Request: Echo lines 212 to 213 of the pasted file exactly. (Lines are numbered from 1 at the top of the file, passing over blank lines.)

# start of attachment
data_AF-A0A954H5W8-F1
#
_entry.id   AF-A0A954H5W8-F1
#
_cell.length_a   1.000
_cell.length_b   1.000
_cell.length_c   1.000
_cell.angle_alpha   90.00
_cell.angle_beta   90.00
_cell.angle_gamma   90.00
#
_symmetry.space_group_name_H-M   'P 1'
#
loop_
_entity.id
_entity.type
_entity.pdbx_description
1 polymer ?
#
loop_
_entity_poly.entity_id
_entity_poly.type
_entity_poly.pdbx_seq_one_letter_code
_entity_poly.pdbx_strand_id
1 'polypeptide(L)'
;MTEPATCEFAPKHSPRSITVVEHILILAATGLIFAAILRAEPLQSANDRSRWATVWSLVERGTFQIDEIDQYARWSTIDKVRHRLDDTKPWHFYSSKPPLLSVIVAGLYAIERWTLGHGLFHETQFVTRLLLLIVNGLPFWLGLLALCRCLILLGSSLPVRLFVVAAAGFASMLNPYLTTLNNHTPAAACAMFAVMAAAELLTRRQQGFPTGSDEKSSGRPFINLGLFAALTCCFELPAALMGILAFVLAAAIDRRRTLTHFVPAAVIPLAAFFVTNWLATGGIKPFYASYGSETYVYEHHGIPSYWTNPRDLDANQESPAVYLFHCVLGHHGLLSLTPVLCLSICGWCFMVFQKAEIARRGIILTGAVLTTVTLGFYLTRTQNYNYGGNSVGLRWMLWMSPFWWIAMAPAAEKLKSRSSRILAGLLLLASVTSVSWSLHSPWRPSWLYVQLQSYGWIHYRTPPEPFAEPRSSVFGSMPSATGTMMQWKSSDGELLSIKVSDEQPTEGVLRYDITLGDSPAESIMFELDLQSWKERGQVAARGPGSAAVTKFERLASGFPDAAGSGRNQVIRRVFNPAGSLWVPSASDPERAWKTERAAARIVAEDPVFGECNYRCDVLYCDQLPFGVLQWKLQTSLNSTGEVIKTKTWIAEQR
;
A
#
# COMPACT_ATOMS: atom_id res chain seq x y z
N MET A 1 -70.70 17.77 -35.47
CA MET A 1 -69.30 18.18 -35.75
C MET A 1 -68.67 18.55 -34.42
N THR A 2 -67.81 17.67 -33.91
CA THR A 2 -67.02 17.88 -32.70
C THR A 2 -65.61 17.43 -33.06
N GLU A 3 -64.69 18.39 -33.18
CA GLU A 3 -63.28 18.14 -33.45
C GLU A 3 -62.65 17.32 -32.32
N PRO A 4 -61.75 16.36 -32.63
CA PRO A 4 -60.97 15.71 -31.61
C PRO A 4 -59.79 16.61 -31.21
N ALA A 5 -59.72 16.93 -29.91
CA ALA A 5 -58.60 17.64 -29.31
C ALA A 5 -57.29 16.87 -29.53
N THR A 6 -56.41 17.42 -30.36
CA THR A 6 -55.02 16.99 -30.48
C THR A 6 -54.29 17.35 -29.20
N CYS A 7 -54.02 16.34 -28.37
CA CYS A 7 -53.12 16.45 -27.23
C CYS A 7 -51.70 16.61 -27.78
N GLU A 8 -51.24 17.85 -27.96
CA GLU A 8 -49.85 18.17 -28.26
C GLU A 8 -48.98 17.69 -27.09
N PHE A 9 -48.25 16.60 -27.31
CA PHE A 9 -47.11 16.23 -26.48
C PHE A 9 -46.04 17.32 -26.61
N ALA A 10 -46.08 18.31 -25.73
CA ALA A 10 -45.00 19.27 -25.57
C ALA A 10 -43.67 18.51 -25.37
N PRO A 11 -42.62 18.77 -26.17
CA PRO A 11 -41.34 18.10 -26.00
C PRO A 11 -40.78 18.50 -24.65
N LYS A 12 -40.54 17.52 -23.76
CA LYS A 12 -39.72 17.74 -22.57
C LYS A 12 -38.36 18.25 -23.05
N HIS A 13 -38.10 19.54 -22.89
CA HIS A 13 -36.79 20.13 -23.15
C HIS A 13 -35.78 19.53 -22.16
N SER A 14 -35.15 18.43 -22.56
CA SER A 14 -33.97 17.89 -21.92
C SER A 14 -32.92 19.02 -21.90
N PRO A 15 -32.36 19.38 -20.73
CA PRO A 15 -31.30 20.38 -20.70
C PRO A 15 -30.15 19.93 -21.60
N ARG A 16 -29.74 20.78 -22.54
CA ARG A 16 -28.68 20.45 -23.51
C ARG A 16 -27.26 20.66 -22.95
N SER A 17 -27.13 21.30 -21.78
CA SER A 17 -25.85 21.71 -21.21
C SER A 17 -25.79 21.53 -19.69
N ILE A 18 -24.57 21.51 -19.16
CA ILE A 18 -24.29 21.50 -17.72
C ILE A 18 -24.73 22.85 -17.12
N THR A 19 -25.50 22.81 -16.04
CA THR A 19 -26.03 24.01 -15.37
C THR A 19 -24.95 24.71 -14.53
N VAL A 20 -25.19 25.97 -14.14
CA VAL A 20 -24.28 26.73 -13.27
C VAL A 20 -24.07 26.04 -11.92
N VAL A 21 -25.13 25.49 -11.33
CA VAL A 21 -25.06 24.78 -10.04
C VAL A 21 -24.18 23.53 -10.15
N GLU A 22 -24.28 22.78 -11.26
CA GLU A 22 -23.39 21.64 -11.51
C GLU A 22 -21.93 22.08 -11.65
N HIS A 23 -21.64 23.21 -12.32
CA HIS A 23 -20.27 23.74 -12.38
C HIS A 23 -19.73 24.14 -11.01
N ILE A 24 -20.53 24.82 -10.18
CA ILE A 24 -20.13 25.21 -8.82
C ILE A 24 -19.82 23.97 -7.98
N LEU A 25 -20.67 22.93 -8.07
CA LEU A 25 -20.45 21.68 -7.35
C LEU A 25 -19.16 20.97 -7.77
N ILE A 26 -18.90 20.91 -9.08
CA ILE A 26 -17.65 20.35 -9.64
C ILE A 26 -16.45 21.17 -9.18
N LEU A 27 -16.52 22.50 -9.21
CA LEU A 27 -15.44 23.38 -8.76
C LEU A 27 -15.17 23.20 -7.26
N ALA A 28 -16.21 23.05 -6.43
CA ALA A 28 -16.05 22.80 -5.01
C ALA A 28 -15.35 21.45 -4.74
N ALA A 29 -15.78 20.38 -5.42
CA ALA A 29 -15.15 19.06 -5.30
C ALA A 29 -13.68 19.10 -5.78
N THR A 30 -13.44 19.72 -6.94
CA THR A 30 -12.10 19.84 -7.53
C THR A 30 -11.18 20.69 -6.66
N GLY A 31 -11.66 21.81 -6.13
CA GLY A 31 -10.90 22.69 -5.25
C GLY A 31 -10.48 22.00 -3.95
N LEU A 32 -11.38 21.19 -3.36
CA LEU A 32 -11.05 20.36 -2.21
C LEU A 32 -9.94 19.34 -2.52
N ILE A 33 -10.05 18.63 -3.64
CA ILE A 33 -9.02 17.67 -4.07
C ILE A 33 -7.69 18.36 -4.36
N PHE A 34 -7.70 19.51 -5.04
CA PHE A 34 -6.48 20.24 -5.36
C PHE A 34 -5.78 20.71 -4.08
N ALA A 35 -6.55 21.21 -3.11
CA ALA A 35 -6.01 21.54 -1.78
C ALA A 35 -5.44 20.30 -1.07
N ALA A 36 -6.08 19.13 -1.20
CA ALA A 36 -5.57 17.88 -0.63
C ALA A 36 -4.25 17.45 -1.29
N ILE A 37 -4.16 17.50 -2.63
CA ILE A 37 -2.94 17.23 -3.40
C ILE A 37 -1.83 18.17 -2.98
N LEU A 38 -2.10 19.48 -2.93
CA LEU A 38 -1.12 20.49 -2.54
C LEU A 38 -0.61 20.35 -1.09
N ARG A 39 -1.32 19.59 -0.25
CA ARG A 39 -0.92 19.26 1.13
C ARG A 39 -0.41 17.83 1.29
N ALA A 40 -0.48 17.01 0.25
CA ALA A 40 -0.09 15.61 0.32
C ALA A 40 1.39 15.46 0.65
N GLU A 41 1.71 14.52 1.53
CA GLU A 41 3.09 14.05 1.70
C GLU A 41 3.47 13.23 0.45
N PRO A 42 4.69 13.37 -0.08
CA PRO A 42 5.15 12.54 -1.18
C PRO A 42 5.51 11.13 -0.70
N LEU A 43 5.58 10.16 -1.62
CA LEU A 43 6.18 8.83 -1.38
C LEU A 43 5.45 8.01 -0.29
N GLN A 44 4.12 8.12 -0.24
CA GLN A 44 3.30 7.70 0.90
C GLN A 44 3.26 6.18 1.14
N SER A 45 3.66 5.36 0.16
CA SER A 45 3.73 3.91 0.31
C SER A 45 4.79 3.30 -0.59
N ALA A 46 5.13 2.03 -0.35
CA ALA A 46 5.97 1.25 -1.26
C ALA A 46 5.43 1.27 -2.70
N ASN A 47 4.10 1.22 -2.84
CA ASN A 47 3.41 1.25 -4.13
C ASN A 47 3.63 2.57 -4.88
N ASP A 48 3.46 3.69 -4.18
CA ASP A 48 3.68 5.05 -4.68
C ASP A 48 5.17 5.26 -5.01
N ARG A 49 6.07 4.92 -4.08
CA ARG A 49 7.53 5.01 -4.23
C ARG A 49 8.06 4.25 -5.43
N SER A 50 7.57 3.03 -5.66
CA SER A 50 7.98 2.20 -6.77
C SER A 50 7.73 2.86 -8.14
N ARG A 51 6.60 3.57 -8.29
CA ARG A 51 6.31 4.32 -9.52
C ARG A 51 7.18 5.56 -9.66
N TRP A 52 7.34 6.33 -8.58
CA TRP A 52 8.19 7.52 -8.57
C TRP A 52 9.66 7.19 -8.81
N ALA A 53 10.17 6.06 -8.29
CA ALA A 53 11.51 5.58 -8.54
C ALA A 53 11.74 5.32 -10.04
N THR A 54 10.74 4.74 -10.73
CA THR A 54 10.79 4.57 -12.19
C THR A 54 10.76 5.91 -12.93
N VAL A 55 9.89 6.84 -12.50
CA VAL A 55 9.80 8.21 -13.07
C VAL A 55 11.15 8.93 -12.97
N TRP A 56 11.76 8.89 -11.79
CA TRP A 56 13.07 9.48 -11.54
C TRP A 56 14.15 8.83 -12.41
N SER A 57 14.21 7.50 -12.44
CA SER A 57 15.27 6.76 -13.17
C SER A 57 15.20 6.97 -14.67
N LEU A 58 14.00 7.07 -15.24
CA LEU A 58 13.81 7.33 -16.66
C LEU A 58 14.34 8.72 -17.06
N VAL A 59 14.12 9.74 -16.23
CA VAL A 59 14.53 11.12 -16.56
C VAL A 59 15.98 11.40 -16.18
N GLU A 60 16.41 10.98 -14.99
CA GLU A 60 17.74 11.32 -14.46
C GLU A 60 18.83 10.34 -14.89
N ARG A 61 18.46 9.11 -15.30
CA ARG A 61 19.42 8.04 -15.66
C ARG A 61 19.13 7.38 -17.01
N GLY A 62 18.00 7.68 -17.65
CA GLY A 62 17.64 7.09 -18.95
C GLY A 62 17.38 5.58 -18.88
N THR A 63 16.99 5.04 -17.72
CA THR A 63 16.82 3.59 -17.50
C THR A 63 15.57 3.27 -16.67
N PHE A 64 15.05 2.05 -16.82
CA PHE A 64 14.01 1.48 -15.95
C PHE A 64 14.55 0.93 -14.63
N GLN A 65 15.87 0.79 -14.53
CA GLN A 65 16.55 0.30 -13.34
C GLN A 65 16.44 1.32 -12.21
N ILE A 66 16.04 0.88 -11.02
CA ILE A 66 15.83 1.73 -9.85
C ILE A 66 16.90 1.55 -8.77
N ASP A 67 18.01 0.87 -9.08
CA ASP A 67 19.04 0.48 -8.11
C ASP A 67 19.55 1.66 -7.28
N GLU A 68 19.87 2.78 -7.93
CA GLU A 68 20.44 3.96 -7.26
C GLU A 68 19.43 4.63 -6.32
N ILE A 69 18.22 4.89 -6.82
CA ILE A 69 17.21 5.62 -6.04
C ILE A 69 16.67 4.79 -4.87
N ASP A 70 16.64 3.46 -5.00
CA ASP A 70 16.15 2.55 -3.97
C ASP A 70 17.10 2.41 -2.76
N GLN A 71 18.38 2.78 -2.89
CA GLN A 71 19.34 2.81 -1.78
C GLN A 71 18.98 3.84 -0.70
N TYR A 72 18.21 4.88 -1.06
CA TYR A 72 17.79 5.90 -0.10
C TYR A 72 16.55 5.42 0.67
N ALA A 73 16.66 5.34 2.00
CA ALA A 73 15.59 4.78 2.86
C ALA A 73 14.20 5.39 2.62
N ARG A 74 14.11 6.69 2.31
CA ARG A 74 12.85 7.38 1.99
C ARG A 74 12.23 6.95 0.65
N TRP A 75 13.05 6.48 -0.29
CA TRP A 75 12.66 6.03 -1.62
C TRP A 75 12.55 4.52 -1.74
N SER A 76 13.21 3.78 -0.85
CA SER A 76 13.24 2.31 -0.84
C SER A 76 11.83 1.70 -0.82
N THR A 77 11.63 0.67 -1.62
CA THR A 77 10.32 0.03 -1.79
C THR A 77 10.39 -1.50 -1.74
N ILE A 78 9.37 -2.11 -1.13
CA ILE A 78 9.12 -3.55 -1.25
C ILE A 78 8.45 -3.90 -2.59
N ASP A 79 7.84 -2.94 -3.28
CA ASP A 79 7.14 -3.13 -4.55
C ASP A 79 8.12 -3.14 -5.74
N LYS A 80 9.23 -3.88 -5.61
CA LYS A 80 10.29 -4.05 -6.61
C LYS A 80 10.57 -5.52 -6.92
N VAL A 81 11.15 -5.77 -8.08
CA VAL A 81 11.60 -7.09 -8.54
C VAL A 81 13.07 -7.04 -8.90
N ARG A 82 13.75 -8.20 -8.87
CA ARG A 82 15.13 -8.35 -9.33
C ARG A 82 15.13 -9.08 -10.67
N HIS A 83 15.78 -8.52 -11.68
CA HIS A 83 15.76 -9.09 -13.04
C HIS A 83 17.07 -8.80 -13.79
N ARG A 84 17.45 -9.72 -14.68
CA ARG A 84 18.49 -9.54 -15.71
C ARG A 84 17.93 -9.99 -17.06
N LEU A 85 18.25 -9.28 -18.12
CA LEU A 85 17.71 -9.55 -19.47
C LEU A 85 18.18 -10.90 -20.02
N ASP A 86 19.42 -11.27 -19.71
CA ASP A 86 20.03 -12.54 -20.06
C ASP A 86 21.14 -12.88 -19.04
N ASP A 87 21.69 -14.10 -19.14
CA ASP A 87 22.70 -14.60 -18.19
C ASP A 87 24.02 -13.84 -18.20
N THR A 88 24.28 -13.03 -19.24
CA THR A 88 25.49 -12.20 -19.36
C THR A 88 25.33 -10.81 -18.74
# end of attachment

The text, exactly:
CA ARG A 61 19.42 8.04 -15.66
C ARG A 61 19.13 7.38 -17.01